accumulated a fair bit of knowledge about how to trigger the effect. A
London rheumatologist found, for example, that red dummy capsules made more
effective painkillers than blue, green or yellow ones. Research on American
students revealed that blue pills make better sedatives than pink, a colour
more suitable for stimulants. Even branding can make a difference: if Aspro
or Tylenol are what you like to take for a headache, their chemically
identical generic equivalents may be less effective.
It matters, too, how the treatment is delivered. Decades ago, when the major
tranquilliser chlorpromazine was being introduced, a doctor in Kansas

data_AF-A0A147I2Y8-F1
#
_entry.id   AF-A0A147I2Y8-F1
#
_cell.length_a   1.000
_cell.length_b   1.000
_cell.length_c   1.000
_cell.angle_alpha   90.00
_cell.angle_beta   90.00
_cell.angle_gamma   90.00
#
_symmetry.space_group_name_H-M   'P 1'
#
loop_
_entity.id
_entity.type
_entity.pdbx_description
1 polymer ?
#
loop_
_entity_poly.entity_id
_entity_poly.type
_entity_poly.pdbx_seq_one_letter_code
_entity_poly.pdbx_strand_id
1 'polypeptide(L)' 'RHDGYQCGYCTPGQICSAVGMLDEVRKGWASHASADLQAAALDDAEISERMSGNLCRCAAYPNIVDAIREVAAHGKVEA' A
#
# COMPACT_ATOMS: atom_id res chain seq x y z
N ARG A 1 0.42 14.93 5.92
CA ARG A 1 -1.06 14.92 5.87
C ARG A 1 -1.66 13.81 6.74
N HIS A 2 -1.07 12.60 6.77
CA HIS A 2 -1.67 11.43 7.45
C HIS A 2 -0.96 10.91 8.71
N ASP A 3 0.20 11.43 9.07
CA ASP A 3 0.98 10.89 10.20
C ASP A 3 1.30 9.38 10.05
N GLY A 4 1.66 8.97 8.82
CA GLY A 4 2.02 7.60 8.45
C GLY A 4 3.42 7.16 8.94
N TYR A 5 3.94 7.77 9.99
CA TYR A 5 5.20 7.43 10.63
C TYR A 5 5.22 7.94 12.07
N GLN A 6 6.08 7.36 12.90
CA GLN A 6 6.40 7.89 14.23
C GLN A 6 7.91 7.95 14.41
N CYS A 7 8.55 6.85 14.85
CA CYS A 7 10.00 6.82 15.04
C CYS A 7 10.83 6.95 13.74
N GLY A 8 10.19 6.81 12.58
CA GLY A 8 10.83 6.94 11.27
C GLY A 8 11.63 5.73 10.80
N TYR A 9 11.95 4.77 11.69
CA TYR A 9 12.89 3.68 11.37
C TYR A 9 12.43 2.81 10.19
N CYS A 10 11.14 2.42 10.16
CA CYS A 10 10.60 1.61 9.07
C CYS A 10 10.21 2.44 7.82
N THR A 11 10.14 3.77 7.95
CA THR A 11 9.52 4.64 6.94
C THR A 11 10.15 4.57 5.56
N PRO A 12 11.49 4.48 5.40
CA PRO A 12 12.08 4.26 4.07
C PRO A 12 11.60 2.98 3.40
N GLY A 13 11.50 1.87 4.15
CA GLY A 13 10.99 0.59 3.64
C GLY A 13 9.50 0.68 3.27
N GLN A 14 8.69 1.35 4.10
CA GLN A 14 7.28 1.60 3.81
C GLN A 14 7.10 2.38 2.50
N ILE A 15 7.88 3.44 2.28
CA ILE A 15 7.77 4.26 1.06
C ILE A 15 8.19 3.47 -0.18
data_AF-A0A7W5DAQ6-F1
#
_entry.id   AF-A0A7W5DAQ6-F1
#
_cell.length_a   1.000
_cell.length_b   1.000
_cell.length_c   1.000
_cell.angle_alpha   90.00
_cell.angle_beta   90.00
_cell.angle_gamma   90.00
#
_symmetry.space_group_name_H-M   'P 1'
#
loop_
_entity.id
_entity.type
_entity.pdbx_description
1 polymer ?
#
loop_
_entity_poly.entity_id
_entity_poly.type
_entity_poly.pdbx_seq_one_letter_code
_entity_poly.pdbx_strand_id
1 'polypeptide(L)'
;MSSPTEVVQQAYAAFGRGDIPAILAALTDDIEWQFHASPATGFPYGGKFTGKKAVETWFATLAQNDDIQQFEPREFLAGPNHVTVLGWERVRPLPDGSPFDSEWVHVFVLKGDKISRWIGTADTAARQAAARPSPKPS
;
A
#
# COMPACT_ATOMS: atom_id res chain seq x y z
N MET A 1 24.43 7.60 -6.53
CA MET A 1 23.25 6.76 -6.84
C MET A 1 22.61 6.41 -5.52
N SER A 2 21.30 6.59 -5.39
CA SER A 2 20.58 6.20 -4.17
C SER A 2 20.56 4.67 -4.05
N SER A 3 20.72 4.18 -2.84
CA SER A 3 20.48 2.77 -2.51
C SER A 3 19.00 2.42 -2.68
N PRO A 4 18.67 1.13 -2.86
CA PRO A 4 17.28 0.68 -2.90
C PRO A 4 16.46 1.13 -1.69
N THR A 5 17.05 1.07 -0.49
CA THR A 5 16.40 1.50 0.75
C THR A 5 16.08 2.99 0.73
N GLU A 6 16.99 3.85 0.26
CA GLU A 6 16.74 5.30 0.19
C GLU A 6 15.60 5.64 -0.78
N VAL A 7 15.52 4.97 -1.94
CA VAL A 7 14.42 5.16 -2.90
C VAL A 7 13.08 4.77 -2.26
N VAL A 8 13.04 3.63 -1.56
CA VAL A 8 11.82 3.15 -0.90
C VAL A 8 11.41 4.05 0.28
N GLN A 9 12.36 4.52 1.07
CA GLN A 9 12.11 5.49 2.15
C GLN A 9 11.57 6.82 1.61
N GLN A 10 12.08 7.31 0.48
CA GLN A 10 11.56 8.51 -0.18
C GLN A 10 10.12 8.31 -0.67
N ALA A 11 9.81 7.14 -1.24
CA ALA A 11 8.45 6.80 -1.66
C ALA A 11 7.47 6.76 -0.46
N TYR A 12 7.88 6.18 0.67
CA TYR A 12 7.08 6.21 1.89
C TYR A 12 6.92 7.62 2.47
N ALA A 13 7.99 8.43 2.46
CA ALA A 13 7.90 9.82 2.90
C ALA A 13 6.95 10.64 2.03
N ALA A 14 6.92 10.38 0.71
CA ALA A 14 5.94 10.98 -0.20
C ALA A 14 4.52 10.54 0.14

categorised his colleagues according to whether they were keen on it, openly
sceptical of its benefits, or took a "let's try and see" attitude (American
Journal of Psychiatry, vol 113, p 52). His conclusion: the more enthusiastic
the doctor, the better the drug performed. And this year Ernst surveyed
published studies that compared doctors' bedside manners (The Lancet, vol
357, p 757). The studies turned up one consistent finding: "Physicians who
adopt a warm, friendly and reassuring manner," he reported, "are more
effective than those whose consultations are formal and do not offer
Warm, friendly and reassuring are precisely CAM's strong suits, of course.
Many of the ingredients of that opening recipe -- the physical contact, the
generous swathes of time, the strong hints of supernormal healing power --
are just the kind of thing likely to impress patients. It's hardly
surprising, then, that complementary practitioners are generally best at